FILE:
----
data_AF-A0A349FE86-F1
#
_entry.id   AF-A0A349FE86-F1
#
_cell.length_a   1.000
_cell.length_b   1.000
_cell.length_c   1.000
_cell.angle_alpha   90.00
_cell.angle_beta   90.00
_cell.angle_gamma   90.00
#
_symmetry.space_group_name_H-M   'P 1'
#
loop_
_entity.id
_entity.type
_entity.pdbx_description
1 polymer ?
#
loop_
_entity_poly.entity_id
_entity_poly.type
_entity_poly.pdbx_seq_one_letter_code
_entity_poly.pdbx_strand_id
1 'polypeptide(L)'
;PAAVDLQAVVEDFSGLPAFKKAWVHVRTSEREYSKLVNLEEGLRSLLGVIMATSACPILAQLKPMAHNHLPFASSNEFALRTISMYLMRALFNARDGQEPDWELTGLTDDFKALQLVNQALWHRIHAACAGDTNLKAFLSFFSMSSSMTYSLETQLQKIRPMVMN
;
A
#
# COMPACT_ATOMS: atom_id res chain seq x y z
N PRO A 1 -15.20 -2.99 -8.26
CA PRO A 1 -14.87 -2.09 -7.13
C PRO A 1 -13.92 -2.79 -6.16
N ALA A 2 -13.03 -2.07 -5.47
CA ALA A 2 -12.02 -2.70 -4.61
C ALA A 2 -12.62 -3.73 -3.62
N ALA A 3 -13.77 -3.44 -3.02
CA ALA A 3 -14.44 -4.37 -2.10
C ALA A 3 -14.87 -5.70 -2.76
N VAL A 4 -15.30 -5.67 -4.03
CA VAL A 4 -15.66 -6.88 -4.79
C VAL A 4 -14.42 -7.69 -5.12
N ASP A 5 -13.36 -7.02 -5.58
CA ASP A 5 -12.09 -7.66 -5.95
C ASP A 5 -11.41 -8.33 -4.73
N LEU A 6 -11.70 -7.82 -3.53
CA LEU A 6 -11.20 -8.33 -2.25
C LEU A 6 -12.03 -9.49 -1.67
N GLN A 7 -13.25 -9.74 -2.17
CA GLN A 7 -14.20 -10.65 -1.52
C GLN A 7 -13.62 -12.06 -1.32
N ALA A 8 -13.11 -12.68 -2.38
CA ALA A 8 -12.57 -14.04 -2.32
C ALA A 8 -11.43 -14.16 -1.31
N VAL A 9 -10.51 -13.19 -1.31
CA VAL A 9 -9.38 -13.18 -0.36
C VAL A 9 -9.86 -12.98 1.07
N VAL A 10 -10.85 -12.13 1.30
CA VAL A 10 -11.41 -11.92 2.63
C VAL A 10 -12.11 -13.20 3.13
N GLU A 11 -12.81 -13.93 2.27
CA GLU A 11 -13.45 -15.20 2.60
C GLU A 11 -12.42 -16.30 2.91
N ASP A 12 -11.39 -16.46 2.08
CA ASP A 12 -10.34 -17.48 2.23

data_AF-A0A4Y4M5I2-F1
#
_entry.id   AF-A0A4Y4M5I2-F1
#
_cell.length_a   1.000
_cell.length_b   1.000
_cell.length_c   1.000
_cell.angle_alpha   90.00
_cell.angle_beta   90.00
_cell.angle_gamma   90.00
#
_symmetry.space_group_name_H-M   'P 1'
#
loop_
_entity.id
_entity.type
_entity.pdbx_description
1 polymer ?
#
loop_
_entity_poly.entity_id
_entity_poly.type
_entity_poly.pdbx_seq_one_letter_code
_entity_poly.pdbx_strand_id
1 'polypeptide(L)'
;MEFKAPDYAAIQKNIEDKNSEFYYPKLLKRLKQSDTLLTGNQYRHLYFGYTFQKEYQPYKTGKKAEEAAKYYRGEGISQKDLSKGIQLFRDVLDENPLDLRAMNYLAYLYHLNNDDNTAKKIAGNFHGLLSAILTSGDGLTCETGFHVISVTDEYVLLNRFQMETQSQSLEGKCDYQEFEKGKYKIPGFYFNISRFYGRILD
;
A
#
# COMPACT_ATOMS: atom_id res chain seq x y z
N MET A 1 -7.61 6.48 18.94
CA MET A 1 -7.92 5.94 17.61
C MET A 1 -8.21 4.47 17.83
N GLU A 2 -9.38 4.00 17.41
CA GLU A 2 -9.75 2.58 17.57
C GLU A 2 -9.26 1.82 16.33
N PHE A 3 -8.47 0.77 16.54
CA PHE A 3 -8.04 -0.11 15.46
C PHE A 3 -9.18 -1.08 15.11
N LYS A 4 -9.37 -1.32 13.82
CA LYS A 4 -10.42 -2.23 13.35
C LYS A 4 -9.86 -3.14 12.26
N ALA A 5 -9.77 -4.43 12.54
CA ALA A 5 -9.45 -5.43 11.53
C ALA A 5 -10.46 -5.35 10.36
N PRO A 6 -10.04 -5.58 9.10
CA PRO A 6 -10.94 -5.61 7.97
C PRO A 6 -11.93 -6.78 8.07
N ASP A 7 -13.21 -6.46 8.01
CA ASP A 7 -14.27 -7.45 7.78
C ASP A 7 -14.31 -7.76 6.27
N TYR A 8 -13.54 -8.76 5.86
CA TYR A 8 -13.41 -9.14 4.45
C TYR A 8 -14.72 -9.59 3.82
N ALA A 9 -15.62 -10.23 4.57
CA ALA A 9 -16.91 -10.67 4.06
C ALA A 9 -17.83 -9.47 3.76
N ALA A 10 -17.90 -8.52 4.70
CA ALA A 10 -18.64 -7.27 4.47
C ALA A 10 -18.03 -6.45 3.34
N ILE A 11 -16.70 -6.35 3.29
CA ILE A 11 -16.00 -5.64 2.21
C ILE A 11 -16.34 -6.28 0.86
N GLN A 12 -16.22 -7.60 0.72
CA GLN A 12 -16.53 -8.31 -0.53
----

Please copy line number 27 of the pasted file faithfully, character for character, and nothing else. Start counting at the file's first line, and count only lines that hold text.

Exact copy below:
;